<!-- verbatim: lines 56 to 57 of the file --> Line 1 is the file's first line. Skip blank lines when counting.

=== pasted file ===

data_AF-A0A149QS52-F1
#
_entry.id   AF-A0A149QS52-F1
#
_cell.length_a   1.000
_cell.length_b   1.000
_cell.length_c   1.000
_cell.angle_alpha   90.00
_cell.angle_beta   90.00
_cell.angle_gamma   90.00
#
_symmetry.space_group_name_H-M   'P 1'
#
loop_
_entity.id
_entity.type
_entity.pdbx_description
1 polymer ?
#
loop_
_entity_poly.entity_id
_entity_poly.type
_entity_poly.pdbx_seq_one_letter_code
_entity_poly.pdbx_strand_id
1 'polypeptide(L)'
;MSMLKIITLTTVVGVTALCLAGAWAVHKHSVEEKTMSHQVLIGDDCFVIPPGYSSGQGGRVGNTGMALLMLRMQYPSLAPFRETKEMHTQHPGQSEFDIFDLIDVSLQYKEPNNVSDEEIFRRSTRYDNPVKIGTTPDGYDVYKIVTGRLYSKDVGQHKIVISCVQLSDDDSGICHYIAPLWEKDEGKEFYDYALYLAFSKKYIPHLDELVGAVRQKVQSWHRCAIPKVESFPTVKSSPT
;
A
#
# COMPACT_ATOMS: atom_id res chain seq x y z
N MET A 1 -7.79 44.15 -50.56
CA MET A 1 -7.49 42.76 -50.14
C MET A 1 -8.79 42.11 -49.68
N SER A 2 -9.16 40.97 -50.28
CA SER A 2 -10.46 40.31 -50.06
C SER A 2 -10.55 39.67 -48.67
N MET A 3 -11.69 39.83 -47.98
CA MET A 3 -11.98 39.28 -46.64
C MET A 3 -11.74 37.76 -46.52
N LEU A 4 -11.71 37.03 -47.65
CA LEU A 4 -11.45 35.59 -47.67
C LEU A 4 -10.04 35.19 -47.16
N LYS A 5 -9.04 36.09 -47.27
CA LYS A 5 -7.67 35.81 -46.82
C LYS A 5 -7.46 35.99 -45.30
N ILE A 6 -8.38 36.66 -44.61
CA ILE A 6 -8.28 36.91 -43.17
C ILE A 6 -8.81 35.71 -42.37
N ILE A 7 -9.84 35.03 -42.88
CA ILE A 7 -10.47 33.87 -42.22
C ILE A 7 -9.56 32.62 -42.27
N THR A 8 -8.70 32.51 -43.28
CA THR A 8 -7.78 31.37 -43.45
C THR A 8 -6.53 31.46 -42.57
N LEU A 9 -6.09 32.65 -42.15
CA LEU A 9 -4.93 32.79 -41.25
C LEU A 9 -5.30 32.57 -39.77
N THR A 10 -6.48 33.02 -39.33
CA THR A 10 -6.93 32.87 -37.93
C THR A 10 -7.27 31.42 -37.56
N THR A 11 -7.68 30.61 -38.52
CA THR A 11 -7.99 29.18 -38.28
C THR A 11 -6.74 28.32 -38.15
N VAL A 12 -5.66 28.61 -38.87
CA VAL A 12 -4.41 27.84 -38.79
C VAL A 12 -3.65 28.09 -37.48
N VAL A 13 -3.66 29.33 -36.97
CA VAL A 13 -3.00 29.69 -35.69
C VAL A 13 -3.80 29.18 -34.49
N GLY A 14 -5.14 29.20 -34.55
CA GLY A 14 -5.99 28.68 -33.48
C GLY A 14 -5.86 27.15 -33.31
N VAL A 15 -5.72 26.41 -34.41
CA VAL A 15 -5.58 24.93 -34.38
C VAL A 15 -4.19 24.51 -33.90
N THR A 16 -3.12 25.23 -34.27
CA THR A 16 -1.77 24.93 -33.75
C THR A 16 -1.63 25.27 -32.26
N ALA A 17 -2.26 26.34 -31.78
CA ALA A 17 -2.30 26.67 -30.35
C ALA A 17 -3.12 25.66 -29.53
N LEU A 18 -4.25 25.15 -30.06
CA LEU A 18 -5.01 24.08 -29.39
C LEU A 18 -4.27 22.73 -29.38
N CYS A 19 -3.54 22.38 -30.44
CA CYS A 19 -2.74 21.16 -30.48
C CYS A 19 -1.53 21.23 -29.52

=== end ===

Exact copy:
CA LEU A 9 -4.93 32.79 -41.25
C LEU A 9 -5.30 32.57 -39.77